Xbox losses double
Component suppliers see orders cut
The true cost of Microsoft's determined assault on the console market is becoming apparent, with new figures filed by the company with the Securities and Exchange Commission in the USA revealing that in the three months leading up to the end of December, it lost $348 million on its Xbox division, on revenues of $1.28 billion.
This is almost twice the loss sustained for the same period one year earlier, when the company lost $180 million on revenues of $833 million. The higher figure is almost certainly entirely attributable to the price cuts and bundle deals which Microsoft has used to carve out a slice of the market for itself - larger losses in this context can perversely mean that the company is actually selling more consoles.
However, other evidence suggests that even this massive expenditure on the Xbox isn't bringing home the kind of success that the software giant might have hoped for. Xbox component supplier Focus Enhancements has revealed that Microsoft has warned it not to expect any volume of orders in the first half of 2003. The company, which makes the video encoder chips used in the console, was told that Xbox sales are falling below Microsoft's forecasts, resulting in reduced component orders.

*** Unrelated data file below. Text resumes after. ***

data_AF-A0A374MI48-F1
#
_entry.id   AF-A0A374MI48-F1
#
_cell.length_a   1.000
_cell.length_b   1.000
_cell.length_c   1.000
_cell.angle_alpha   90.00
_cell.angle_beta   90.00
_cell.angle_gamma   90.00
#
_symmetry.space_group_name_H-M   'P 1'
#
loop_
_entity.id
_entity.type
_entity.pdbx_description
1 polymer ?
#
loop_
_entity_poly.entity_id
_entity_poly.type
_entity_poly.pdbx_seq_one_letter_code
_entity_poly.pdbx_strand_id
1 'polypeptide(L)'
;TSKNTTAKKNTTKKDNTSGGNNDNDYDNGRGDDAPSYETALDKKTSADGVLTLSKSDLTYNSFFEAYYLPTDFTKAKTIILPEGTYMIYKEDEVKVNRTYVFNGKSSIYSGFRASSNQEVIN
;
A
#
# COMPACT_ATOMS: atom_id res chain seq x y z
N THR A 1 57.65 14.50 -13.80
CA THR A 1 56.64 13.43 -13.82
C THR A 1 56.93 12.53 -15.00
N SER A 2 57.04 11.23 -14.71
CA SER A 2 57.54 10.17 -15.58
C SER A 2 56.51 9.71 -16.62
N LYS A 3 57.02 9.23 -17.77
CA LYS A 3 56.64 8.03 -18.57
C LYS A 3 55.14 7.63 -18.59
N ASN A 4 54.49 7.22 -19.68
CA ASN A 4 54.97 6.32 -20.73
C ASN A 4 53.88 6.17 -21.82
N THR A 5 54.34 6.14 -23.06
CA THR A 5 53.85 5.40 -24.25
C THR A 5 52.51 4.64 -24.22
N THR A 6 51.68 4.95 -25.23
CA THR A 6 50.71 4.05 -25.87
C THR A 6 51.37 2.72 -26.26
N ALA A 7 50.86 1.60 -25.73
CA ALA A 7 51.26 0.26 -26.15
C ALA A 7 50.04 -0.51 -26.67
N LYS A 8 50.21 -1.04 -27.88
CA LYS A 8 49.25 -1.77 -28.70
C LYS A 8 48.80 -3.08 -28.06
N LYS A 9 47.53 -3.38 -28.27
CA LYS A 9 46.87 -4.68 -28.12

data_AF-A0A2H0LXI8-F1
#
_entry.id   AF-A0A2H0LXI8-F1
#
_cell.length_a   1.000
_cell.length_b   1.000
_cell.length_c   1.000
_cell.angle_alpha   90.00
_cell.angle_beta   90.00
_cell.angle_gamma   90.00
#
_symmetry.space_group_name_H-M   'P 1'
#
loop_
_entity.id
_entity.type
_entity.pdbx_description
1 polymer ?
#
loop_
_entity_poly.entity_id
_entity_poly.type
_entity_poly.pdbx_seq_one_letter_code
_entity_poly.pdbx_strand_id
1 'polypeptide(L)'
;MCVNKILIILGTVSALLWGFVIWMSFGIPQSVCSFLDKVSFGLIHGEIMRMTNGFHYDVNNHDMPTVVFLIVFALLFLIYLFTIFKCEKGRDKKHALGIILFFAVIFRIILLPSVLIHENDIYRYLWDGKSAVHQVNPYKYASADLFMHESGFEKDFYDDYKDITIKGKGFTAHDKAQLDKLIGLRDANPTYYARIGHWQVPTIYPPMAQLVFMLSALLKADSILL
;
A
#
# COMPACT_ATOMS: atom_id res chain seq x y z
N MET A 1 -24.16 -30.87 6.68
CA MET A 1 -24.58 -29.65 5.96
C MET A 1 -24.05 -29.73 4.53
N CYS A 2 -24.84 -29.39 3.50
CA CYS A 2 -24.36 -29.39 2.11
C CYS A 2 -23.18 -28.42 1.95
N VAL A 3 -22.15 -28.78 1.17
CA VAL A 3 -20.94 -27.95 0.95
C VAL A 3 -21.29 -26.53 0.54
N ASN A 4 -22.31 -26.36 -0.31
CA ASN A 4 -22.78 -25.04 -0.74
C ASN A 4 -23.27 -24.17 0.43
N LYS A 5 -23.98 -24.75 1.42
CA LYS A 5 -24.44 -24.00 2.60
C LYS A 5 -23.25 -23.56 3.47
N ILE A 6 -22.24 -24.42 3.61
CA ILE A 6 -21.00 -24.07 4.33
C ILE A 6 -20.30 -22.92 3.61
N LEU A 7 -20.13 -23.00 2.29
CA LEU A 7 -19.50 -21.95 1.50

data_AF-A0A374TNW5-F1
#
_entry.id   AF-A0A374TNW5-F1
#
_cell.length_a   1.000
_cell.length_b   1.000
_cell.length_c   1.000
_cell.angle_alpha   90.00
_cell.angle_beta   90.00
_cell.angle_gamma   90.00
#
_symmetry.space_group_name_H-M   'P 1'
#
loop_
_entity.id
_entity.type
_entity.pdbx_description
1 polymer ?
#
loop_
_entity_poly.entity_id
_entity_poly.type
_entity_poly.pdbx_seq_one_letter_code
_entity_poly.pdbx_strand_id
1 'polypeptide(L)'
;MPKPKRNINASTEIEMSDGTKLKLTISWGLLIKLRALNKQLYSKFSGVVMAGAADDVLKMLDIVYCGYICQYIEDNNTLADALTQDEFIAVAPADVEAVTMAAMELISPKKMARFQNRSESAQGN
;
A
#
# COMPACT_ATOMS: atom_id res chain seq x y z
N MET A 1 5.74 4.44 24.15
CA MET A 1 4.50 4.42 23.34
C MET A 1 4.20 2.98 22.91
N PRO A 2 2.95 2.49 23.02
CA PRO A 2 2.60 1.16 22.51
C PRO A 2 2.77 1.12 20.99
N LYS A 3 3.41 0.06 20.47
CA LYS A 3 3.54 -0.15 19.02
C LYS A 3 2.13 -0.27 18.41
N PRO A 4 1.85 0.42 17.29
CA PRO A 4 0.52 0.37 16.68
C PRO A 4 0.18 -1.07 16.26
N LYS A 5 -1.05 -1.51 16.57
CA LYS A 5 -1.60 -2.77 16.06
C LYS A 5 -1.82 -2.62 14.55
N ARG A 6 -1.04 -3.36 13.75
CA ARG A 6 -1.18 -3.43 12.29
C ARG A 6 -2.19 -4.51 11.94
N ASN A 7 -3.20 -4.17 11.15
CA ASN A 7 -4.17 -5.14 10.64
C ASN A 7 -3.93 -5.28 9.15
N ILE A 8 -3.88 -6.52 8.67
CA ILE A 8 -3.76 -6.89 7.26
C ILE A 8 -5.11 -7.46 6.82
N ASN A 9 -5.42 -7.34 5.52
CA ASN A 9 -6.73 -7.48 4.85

The Xbox is now the biggest money pit Microsoft has, by a significant margin. The only other loss-making department at the company which comes even close to losing the amount of money that the Xbox does is the MSN Internet access division, which lost $157 million during the quarter.
However, the company can certainly afford to grit its teeth and push forward with the Xbox despite the money drain from the project. The company posted operating profit of $1.97 billion on its Windows software alone, along with income of $1.88 billion from the division responsible for Office and income of $498 million from its server software division.